MRS HARRIS GOES TO PARIS
THREE STARS A post-war cleaner decides that a Dior dress is just the thing to put a spring in her step.
COMEDY DRAMA UK #MRSHARRIS
Starring Lesley Manville, Isabelle Huppert
Crowd pleasers don’t get much more pleasing than when Mrs Harris goes to Paris. On a whim, a war widow with no dependents decides to give herself the ultimate treat and buy a Dior dress. Nothing off the rack mind you (in fact, in the early 1950s that wasn’t an option, one of the turning points in the narrative as it happens). She wants haute couture and the only place to get it is from Dior itself. She saves, books a flight and before you can say ‘mon dieu’, Mrs Harris is sitting runway adjacent choosing herself the dress of a lifetime.
Of course, it’s not quite that straight forward. There’s the dragon who runs Dior (Isabelle Huppert) who’s not at all happy that such a common woman is mixing with Parisian elite. There’s the elegant Marquis (Christoph Lambert) who succumbs to Mrs Harris’s tell-it-as-it-is style. Likewise the model-with-a-brain whom Mrs Harris fits up with Dior’s equally intelligent accountant then lends him the courage to go on and save the company. This is her wand as it were, an ability to help people become their best selves.
And thus you know where all this is heading. Based on Paul Gallico’s novel, writer/director Antony Fabian (2008’s acclaimed SKIN) amps up the feel-good factor so there’s not a moment when the film’s not actively trying to ensure you’re having a good time. With the always reliable, always compelling Lesley Manville (MISBEHAVIOUR) in the lead, Fabian certainly achieves his goals. In fact, he scores so thoroughly and so consistently that MRS HARRIS GOES TO PARIS starts to feel a bit much, a little like wearing the aforementioned dress while grocery shopping at Woolies. You can, but it’s better if you don’t. Less is more, that sort of thing.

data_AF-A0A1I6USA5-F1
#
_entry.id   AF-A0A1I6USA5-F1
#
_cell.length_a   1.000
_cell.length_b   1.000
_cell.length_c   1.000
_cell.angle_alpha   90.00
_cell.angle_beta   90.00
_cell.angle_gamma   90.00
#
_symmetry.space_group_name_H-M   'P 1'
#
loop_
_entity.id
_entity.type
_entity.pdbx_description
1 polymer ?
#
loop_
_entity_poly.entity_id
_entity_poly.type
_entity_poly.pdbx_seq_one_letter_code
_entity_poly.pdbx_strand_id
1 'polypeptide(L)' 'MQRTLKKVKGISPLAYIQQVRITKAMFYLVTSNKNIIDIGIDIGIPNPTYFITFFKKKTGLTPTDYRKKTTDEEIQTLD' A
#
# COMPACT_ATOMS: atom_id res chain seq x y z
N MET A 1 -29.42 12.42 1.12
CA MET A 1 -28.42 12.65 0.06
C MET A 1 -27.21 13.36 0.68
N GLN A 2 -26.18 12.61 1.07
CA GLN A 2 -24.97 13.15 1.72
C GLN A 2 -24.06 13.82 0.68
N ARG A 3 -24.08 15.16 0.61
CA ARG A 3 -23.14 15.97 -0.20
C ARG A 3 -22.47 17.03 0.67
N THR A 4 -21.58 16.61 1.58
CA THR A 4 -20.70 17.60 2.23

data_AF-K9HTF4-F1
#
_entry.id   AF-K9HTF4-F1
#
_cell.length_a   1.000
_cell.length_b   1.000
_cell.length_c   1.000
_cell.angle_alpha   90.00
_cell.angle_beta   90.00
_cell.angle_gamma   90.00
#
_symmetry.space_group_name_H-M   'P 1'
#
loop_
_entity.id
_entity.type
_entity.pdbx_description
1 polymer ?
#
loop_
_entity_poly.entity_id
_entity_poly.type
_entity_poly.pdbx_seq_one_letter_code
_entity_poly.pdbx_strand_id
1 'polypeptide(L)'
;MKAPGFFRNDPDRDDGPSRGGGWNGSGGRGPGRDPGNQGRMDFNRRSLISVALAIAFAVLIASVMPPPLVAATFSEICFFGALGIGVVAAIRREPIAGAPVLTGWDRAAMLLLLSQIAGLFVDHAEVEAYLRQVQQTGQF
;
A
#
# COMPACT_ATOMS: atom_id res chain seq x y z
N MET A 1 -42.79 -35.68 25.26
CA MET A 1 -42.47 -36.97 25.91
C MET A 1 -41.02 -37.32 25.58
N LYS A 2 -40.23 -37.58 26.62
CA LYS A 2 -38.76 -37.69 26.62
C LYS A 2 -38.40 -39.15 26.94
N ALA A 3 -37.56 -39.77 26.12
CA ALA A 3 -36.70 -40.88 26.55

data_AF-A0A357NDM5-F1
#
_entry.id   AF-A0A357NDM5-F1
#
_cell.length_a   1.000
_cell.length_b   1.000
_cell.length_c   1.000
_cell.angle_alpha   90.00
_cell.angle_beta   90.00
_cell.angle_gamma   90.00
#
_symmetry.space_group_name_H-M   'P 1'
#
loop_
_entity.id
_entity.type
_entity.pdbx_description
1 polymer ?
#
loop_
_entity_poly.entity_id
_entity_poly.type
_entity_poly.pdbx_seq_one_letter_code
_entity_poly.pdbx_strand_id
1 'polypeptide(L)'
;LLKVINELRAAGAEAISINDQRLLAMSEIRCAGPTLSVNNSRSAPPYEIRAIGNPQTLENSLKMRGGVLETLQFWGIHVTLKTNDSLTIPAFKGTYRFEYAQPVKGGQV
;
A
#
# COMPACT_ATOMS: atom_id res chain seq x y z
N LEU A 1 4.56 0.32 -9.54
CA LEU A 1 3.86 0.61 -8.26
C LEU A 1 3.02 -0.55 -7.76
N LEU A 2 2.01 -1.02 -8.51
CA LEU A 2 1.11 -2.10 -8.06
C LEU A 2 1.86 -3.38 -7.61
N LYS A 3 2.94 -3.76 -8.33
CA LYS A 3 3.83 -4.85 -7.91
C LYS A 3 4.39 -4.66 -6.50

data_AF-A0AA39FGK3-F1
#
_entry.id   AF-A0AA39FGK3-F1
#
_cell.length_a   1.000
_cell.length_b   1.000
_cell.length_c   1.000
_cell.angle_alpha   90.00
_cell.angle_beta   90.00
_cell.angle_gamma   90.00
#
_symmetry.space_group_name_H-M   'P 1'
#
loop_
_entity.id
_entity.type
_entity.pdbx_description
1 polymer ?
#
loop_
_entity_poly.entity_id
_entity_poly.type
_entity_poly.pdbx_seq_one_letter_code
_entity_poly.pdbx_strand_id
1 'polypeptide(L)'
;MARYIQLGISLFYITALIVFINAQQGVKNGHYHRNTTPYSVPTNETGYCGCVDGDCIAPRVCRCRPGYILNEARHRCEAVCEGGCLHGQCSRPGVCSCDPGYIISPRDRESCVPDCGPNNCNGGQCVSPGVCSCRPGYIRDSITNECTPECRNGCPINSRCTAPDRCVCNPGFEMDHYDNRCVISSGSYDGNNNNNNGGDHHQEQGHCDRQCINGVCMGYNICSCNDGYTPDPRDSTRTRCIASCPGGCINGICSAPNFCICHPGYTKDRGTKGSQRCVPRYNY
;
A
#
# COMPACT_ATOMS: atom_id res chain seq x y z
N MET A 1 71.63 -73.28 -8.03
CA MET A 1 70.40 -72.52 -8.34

All that said, Fabian’s film has a lot going for it. There’s much to be said for spending time with such pleasant characters and their endearing concerns. If glamorous feel-good comedy-drama is your thing, soppy ending notwithstanding, treat yourself to a dose of Mrs Harris’s irrepressible joie de vivre. You'll be pleased you did.